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Ohio State coach Ryan Day suggests a revenue sharing formula for players' endorsement money

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Should there be a revenue-sharing system for college athletes now that they can make money off their own names and images? 

Ohio State coach Ryan Day suggested some sort of a future revenue-sharing model on Friday at Big Ten media day. With Nick Saban's revelation earlier this week that presumed starter Bryce Young had inked nearly $1 million in endorsement deals, Day was asked if he was hurting his starting quarterback's earnings by not naming a starter ahead of the 2021 season.

Former top recruit C.J. Stroud is the likely candidate to start for Ohio State and is even one of the betting favorites for the Heisman Trophy despite not officially being named the starting quarterback yet. Stroud is listed at +1600 to win the Heisman at BetMGM and is the No. 6 favorite. 

Day didn't say whether or not he thought that he was depressing his quarterback's potential earnings and said that those earnings would come "naturally." He then pivoted to pitching a possible revenue-sharing plan for players because star playmakers will be making more money in endorsement deals than backups. 

"But I do think that we need to consider, down the road, somewhere a long the line, maybe it's a year from now, figuring out how we spread some of that money out," Day said. "Because certainly the quarterback at Ohio State is going to have unbelievable opportunity. The wide receiver, the running back, there's going to be certain positions, when you combine the brand of Ohio State, you combine the brand of Ohio State football, you combine the city of Columbus with our social media presence, it's like the perfect alignment."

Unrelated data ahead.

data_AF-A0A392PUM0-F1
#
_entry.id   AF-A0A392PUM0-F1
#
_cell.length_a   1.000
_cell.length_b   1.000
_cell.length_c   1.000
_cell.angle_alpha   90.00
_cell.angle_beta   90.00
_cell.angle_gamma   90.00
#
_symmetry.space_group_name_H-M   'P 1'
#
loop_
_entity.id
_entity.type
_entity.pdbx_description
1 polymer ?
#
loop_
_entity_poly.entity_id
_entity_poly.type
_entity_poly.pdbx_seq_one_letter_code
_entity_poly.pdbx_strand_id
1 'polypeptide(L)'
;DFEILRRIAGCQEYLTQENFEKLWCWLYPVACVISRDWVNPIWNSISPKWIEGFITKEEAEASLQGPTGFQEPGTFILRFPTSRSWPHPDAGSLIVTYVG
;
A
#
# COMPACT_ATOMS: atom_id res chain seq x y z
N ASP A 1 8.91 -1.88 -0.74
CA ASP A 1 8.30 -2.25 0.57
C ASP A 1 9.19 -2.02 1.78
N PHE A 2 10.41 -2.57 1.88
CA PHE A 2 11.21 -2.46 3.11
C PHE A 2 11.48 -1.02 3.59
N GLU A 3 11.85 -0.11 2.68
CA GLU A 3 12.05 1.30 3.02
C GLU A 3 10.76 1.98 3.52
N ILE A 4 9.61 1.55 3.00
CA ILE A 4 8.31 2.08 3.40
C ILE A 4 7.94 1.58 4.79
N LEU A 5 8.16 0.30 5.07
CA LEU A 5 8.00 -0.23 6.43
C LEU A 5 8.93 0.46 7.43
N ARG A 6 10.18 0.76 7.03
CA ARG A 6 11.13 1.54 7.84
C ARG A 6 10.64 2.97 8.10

"So the opportunity for our guys is going to be unlike anywhere else in the country. However, how do we find ways to make sure we disseminate that throughout the team, because there's a lot of guys out there who are also playing football. There's guys who are blocking for the quarterback, there's guys who are covering the wide receivers. And while it's tricky and I don't really have quite the answer, I know that there's got to be some sort of formula down the road that we can consider."

Should pooling happen?

Is Day's suggestion the compromise between the capitalism of the open endorsement market and the official status quo in college football for decades? With players unable to (legally) accept money for their name and image rights, the value of the scholarship for the quarterback was seen as the same as the value for the 85th man on the team.

But why does there even need to be a compromise in the first place? The status quo in college sports has long gone against the American love of capitalism. Allowing star athletes to sign endorsement deals helps them recoup some of the value that they're bringing to their schools. The starting quarterback at Ohio State is worth far more than the cost of his scholarship to the school when it comes to marketing and promotion. It's only fair that he has a chance to cash in. 

Is it fair to the guy at the bottom of the roster? Maybe not. But that's how it is in the NFL and any other sports league. The third-string quarterback hardly ever makes more than the starter.

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